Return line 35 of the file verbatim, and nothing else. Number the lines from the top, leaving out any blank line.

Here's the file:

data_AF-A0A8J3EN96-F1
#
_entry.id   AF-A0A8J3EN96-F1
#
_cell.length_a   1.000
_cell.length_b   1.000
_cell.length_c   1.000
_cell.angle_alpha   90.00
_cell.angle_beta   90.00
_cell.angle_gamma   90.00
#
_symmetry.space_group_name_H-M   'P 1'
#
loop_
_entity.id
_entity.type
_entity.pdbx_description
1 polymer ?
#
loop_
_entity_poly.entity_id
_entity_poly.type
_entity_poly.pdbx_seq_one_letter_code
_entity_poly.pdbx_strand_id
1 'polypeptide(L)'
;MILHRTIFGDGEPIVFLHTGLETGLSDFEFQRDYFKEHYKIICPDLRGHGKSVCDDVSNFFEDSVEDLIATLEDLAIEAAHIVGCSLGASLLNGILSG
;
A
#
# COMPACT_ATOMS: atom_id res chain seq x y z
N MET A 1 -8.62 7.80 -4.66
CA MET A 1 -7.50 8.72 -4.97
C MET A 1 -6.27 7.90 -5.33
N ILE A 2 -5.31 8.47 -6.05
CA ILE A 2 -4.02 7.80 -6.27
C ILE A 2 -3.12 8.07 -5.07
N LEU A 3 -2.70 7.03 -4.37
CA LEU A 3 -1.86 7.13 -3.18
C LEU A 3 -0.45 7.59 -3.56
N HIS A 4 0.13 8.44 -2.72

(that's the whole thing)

CA ILE A 2 -4.02 7.80 -6.27